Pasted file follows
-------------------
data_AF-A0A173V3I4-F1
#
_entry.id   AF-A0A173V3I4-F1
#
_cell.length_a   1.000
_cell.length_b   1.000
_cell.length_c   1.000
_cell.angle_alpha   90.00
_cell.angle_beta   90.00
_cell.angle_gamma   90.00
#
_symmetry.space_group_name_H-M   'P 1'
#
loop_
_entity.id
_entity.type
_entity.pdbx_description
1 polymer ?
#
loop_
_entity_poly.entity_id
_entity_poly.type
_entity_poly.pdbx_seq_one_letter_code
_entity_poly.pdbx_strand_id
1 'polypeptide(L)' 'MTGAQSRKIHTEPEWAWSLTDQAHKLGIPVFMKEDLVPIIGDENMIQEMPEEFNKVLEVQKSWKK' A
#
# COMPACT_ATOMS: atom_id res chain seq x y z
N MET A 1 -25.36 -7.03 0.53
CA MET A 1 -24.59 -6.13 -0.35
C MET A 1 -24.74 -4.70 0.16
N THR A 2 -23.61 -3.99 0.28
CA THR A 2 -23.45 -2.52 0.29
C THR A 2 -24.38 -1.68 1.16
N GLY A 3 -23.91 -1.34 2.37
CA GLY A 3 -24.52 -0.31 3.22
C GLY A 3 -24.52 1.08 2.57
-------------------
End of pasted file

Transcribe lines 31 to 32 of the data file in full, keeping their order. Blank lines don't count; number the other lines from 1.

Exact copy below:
N THR A 2 -23.61 -3.99 0.28
CA THR A 2 -23.45 -2.52 0.29